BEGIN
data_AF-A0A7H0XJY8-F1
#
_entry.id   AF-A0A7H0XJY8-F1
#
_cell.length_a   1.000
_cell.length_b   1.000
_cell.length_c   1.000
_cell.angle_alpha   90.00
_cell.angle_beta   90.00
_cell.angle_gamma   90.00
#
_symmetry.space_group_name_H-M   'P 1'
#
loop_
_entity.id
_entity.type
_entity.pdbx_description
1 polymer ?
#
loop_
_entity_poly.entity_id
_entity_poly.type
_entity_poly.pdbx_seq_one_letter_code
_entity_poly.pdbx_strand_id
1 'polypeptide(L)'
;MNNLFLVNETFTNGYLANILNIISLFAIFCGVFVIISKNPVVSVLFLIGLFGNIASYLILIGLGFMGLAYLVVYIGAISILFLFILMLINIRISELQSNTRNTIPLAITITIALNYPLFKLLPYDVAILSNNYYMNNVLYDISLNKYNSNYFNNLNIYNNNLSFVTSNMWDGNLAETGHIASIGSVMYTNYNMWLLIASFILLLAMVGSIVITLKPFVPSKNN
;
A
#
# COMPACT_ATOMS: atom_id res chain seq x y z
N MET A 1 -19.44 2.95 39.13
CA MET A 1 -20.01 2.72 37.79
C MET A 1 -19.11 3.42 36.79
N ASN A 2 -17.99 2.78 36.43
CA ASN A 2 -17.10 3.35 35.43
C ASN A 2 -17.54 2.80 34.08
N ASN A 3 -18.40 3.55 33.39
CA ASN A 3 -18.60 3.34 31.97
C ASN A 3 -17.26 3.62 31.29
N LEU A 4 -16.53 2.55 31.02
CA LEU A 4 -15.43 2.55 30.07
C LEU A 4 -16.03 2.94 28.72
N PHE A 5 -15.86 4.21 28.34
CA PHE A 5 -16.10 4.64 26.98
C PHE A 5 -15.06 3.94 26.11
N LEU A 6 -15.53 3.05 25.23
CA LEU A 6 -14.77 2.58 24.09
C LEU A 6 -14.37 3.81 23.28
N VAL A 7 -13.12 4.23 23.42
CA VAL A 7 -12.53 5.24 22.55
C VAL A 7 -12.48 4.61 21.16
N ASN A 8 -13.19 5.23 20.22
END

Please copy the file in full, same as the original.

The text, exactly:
data_AF-A0A7H0XJY8-F1
#
_entry.id   AF-A0A7H0XJY8-F1
#
_cell.length_a   1.000
_cell.length_b   1.000
_cell.length_c   1.000
_cell.angle_alpha   90.00
_cell.angle_beta   90.00
_cell.angle_gamma   90.00
#
_symmetry.space_group_name_H-M   'P 1'
#
loop_
_entity.id
_entity.type
_entity.pdbx_description
1 polymer ?
#
loop_
_entity_poly.entity_id
_entity_poly.type
_entity_poly.pdbx_seq_one_letter_code
_entity_poly.pdbx_strand_id
1 'polypeptide(L)'
;MNNLFLVNETFTNGYLANILNIISLFAIFCGVFVIISKNPVVSVLFLIGLFGNIASYLILIGLGFMGLAYLVVYIGAISILFLFILMLINIRISELQSNTRNTIPLAITITIALNYPLFKLLPYDVAILSNNYYMNNVLYDISLNKYNSNYFNNLNIYNNNLSFVTSNMWDGNLAETGHIASIGSVMYTNYNMWLLIASFILLLAMVGSIVITLKPFVPSKNN
;
A
#
# COMPACT_ATOMS: atom_id res chain seq x y z
N MET A 1 -19.44 2.95 39.13
CA MET A 1 -20.01 2.72 37.79
C MET A 1 -19.11 3.42 36.79
N ASN A 2 -17.99 2.78 36.43
CA ASN A 2 -17.10 3.35 35.43
C ASN A 2 -17.54 2.80 34.08
N ASN A 3 -18.40 3.55 33.39
CA ASN A 3 -18.60 3.34 31.97
C ASN A 3 -17.26 3.62 31.29
N LEU A 4 -16.53 2.55 31.02
CA LEU A 4 -15.43 2.55 30.07
C LEU A 4 -16.03 2.94 28.72
N PHE A 5 -15.86 4.21 28.34
CA PHE A 5 -16.10 4.64 26.98
C PHE A 5 -15.06 3.94 26.11
N LEU A 6 -15.53 3.05 25.23
CA LEU A 6 -14.77 2.58 24.09
C LEU A 6 -14.37 3.81 23.28
N VAL A 7 -13.12 4.23 23.42
CA VAL A 7 -12.53 5.24 22.55
C VAL A 7 -12.48 4.61 21.16
N ASN A 8 -13.19 5.23 20.22